They say that behind every great man, there's an even greater woman, but does this saying ring true when it comes to fitness, strength and training?
Absolutely, suggests Alexa Towersey, one of Australia's most sought after PT's and the woman behind some of Australia's strongest men. In fact according to the Gym Jones certified trainer, men can see even greater results when training with a female coach, especially one as well versed and educated as herself.
"In my experience, men tend to shy away from some of the more basic yet most important aspects of training," says Towersey.
Alexa's philosophy isn't just biased opinion either, with backing from some rather solid scientific findings from across the globe. Providing an unlikely source of data, a study of this year’s Super Bowl has highlighted the fact that women do in fact have a greater attention to detail, essential for coaching athletes of all levels. According to Forbes, women were 27 per cent more likely to hold their focus on the play, based on this year’s game viewing figures.
Whilst seemingly trivial statistics, they go a long way to highlighting women’s ability to focus their attention on the task at hand, particularly in a stereotypically male-focused arena such as training and the gym, smashing common gender stereotypes. It's this attention to her craft that has defined Towersey's career, and her approach is definitely appreciated by her male clients, ranging from TV stars to NRL greats.
"I love the fact that in the sessions [Alexa] is happy to substitute weight for form in order to reduce the risk of injury. Most bloke sessions just want to lift as heavy as they can and most don't care about form," says former Men's Health cover man Lee Carseldine. "In general, I kinda (sic) like getting smashed by [Alexa]!"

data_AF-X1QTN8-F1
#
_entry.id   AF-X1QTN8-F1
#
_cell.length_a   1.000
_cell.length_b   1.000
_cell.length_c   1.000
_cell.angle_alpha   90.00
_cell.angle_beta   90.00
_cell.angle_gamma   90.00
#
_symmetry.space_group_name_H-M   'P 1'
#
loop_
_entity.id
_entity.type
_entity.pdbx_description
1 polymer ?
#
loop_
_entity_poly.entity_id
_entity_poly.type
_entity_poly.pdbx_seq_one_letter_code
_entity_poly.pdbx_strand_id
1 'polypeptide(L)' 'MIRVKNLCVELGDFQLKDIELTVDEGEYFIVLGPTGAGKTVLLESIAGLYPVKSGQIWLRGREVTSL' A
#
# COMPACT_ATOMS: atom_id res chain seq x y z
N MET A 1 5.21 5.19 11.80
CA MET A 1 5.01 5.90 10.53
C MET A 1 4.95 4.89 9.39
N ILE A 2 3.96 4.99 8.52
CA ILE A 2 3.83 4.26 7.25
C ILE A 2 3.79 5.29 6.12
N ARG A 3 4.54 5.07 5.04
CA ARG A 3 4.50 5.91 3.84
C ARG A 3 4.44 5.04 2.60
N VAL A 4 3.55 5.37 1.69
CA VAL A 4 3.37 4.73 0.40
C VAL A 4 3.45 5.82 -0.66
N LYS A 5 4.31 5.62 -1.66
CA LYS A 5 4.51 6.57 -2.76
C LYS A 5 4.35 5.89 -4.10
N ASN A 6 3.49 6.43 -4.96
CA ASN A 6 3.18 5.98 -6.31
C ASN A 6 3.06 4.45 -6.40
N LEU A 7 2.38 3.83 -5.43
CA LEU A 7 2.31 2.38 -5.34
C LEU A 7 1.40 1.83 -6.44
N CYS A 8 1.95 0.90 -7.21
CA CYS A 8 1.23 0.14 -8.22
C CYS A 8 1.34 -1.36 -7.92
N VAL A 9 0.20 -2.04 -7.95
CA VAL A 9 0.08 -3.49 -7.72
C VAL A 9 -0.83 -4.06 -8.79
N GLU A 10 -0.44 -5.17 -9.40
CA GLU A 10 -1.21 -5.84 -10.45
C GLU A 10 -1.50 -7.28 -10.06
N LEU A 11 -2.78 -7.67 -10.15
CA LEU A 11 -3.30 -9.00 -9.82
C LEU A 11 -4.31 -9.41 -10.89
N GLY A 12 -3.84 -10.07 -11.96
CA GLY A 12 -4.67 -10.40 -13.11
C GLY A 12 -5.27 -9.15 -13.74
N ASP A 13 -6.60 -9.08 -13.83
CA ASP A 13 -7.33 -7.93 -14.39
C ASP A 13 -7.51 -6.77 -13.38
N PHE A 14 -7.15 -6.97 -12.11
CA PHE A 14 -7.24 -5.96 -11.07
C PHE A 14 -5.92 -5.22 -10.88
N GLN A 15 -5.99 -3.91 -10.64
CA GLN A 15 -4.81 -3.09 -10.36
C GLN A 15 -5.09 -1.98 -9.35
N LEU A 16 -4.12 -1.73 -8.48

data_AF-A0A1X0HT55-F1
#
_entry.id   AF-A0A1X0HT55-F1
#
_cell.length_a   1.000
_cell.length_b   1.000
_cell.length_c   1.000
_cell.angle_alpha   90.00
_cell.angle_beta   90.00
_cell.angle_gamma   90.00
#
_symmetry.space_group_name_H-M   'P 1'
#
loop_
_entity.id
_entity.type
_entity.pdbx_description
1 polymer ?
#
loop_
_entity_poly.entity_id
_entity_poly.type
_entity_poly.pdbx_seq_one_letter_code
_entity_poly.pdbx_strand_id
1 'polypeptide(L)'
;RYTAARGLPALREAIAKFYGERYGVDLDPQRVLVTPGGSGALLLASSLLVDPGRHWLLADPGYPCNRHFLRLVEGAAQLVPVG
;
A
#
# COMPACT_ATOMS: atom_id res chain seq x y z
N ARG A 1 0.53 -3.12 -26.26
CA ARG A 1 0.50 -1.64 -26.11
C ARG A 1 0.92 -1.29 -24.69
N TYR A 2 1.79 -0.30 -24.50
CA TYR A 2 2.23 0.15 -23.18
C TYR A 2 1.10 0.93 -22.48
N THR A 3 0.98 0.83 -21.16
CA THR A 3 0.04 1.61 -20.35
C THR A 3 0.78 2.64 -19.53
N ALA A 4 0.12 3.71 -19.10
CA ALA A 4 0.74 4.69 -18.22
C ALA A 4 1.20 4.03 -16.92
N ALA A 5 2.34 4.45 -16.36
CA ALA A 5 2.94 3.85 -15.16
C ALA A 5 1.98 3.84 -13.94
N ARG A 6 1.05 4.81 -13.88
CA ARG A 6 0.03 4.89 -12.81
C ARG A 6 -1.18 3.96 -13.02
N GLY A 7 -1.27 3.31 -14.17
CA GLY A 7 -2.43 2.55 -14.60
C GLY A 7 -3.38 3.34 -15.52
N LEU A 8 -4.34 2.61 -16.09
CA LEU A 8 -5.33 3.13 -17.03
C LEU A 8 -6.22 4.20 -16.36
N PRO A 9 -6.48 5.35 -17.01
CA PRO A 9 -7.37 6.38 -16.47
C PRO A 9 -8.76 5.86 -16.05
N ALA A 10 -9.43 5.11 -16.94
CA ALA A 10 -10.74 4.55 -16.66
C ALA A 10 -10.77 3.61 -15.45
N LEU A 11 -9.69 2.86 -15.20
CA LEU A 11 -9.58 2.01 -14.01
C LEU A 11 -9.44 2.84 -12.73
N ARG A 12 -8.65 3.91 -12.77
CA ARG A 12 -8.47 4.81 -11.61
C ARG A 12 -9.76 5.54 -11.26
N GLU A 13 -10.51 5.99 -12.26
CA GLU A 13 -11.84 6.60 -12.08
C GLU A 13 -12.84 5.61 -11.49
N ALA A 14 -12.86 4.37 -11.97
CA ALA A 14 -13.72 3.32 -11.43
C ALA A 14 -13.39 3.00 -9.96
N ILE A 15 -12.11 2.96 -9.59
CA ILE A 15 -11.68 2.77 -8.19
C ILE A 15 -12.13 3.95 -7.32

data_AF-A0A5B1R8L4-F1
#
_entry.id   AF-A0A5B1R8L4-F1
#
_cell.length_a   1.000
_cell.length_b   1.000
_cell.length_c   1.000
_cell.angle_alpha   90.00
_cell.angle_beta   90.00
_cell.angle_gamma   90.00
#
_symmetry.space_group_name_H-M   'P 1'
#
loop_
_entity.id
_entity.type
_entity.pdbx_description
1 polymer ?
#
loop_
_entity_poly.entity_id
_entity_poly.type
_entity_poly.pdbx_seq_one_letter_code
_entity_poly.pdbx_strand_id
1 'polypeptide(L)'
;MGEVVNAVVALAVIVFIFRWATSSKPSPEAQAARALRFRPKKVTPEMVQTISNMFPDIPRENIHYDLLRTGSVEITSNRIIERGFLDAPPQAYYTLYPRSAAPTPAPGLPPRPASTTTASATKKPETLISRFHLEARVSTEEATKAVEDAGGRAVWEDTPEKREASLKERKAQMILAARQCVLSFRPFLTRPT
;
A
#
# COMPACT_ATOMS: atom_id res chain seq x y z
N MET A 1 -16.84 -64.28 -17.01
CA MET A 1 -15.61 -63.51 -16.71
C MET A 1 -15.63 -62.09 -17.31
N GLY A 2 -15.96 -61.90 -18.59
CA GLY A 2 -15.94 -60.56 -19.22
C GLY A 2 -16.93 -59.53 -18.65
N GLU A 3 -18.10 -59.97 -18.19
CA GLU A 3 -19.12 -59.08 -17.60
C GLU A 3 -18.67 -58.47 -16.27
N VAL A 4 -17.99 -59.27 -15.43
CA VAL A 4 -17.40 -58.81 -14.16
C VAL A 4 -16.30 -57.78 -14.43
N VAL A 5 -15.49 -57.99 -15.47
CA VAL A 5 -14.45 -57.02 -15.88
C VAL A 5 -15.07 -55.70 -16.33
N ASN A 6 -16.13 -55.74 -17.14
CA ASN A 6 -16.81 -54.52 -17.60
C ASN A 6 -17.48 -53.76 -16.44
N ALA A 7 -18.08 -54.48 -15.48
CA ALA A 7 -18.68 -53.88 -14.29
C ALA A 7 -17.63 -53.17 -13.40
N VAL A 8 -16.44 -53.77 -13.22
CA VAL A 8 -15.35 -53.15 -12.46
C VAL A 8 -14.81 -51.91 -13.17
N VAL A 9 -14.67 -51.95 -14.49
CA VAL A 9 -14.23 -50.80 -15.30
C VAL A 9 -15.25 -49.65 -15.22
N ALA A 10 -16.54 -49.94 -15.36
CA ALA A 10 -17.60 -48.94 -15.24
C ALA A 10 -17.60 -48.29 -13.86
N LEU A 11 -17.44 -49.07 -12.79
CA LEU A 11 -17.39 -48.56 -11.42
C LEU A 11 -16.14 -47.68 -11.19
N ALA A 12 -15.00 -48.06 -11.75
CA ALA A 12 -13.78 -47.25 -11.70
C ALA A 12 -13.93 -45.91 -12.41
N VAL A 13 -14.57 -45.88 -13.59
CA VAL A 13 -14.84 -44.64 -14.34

Mark Beretta, sports reporter on Channel 7's Sunrise, agrees. "I've always found that training with a female coach teaches better technique and form which helps avoid injuries," he says. "Female trainers tend to have a better eye for spotting technique that's not quite right. They tend to emphasise good form and are very good at explaining it."
Alexa and her fellow female trainers may have greater attention to detail than their male counterparts, but they also possess a gender specific memory trait allowing them to track their clients progress and needs. A new Norwegian study suggests has found that men are more forgetful than women, regardless of their age, and it comes down to their areas of focus. Published in BMC Psychology, the team of researchers from the Norwegian University of Science and Technology studied over 35000 men and woman to identify where attention and memory was dedicated.
Based on the results of the study, it seems that most men won't commit serious attention to anything other than sex, food, finances and sleep, an evolutionary trait that Towersey has clearly identified when approaching her coaching.
"At the most basic level, and this goes right back to the caveman era, men will always strive to impress the opposite sex in anything they do, and training is no exception," she says. "Thus it makes sense that in the presence of a female coach, the ego (as opposed to common sense) will drive the session to some extent - weights are heavier, cardio is harder and form tends to fall by the wayside. I think this is where female coaches can do their best work."
"Most people prefer to go the gym to work on their strengths. It's far more enjoyable. Few people are disciplined enough to spend time on their weaknesses, on being uncomfortable. In terms of difficulty, I can guarantee (for the most part) that men will struggle far more (both physically and psychologically) with a mobility or stretch based session, than they will with a vomit inducing workout."